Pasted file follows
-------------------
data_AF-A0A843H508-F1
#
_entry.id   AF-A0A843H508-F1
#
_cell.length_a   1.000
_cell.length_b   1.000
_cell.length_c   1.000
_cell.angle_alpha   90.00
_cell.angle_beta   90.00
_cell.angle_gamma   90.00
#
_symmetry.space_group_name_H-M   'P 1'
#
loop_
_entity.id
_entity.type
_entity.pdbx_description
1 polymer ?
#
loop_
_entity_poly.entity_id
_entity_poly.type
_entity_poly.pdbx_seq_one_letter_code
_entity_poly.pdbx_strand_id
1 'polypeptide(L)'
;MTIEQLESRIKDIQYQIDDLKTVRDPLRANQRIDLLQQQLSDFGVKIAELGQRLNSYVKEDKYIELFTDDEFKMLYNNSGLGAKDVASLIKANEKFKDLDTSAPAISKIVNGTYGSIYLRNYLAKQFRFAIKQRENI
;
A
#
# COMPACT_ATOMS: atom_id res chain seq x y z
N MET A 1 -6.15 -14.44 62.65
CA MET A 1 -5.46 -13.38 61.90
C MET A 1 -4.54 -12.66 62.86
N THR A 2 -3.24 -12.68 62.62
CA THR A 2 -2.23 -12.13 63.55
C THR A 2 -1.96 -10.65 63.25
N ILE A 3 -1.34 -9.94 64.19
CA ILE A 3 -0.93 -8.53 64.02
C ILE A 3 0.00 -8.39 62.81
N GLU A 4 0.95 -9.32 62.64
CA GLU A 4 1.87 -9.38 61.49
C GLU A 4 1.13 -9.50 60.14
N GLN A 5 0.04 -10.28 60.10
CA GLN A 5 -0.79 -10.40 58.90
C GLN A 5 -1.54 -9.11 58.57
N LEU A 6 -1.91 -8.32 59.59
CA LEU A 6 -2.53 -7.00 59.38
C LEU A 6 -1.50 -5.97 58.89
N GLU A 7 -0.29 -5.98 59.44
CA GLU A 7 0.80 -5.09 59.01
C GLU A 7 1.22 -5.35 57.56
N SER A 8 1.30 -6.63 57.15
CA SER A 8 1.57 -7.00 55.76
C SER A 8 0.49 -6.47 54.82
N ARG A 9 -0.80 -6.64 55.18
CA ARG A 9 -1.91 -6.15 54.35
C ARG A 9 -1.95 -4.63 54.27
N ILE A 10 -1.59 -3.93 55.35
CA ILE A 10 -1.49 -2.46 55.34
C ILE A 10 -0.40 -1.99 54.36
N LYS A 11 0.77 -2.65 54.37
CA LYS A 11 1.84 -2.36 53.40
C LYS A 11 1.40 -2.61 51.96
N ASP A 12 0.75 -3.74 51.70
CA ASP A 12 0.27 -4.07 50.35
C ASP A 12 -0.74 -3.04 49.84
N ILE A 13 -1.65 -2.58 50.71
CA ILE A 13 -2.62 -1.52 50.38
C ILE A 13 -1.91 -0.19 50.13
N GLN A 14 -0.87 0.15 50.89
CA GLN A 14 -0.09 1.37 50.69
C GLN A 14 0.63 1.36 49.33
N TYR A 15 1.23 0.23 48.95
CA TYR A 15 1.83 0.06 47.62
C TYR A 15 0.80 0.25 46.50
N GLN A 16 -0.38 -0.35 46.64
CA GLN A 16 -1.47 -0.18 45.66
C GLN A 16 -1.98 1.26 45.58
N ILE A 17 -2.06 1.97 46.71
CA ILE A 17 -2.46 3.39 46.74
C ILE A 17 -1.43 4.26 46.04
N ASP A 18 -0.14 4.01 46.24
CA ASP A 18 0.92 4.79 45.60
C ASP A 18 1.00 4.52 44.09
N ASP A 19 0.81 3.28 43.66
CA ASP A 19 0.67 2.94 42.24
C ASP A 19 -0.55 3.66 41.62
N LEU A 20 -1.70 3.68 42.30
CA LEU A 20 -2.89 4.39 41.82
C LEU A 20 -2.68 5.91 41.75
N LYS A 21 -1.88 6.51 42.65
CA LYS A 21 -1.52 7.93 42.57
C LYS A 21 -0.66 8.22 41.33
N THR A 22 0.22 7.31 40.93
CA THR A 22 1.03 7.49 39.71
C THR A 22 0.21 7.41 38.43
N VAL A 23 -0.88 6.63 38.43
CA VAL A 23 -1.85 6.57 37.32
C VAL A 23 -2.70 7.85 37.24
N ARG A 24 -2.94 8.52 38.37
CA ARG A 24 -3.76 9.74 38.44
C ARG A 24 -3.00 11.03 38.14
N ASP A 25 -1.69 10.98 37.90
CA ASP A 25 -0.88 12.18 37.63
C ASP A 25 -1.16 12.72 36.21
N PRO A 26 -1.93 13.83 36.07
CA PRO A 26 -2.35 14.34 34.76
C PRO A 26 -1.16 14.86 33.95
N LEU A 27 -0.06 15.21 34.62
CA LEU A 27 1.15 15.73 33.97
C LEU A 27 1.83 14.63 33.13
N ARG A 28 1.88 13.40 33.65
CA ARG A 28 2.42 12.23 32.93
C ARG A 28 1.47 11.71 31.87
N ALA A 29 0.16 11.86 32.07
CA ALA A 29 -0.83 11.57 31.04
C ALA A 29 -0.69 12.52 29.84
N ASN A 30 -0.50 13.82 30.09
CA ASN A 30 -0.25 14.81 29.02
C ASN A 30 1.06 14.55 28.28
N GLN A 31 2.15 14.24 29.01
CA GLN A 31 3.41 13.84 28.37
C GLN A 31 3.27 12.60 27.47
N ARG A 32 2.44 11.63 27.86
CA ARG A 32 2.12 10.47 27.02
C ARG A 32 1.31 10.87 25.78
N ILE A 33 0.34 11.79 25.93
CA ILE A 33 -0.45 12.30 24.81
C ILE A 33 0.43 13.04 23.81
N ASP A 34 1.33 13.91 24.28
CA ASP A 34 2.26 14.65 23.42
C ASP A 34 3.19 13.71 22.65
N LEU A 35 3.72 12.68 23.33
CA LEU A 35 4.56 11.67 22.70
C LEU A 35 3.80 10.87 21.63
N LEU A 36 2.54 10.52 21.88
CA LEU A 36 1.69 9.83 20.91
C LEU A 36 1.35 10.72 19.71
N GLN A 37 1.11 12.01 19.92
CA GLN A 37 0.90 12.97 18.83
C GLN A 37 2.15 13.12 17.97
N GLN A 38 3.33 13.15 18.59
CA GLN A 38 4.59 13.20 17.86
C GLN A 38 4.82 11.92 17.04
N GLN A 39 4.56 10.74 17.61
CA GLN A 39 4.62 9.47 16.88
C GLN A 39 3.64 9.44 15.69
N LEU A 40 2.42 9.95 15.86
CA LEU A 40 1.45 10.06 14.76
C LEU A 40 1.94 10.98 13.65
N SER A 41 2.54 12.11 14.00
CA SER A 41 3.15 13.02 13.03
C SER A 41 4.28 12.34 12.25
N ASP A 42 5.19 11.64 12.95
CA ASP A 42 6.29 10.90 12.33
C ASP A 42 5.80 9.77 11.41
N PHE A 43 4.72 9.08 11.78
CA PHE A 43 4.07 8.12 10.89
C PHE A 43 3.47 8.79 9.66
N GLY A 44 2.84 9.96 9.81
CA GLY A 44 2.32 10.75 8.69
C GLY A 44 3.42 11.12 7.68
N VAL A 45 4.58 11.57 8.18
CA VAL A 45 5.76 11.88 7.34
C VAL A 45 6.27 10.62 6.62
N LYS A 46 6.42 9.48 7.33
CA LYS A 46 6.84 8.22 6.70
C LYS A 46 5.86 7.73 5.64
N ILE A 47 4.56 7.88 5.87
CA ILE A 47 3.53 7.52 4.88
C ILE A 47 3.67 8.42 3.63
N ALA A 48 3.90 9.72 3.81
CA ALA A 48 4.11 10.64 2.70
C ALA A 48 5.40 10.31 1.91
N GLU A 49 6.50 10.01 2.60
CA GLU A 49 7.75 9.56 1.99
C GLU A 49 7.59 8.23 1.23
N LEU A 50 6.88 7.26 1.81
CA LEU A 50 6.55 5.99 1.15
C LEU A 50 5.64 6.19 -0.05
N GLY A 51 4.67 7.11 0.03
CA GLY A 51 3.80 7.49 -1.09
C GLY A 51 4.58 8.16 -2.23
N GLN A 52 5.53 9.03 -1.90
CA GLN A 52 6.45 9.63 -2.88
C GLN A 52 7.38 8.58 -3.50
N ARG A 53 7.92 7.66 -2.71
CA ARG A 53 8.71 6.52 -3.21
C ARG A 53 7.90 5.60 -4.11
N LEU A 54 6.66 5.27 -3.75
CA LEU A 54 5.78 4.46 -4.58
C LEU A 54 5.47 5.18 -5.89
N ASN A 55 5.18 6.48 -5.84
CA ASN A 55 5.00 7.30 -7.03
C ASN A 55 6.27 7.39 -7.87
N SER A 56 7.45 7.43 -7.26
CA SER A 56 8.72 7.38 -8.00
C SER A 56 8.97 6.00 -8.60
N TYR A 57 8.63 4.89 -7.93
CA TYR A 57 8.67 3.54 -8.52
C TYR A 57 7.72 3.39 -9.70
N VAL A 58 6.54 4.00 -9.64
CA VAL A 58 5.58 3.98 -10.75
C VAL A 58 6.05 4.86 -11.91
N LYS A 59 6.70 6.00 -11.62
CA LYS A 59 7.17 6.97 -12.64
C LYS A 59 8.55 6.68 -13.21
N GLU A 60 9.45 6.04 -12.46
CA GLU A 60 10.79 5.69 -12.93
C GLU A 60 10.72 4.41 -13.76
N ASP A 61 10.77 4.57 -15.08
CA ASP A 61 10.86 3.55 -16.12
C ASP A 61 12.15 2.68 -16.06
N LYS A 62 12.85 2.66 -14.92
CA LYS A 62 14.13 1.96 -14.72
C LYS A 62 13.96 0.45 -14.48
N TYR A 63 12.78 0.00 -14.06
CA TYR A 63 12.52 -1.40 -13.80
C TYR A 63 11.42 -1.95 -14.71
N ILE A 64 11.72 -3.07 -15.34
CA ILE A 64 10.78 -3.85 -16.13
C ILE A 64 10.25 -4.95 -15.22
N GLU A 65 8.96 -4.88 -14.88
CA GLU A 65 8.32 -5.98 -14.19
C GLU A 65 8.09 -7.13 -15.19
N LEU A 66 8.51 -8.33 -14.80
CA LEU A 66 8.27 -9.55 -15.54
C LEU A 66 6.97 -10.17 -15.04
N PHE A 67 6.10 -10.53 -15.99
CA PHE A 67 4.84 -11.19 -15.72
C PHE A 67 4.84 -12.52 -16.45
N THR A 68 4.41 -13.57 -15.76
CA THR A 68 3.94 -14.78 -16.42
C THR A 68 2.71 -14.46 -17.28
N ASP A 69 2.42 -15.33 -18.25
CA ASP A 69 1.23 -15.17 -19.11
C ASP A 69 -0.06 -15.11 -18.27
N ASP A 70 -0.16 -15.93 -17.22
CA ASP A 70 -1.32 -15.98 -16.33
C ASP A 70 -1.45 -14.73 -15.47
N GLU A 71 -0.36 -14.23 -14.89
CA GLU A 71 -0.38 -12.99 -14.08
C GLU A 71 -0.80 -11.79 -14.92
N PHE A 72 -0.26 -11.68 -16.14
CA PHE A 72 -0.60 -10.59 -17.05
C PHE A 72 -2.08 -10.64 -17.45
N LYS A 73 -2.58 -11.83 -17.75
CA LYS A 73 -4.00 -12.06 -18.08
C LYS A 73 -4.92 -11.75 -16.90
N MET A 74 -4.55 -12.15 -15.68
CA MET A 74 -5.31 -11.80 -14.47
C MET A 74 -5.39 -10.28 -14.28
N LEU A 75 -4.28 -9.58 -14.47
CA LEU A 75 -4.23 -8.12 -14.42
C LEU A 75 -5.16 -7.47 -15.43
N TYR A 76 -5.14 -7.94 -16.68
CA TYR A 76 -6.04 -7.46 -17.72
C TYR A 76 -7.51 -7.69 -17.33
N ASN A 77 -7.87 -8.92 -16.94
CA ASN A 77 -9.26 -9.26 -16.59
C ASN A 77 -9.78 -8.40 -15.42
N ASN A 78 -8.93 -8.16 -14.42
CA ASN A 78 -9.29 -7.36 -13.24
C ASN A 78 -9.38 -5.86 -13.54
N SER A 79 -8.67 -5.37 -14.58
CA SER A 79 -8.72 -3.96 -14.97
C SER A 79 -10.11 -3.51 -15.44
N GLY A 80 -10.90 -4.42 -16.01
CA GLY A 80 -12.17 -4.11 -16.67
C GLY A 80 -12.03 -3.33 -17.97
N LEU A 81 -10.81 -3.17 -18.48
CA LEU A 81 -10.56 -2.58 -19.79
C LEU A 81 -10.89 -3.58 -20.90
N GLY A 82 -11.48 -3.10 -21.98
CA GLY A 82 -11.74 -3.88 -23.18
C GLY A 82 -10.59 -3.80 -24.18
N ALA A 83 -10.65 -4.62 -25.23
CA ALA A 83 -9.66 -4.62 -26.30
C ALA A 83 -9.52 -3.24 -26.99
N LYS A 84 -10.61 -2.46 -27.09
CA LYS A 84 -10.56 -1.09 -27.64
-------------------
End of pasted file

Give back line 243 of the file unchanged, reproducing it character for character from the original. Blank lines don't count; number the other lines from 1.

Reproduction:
C GLU A 71 -0.80 -11.79 -14.92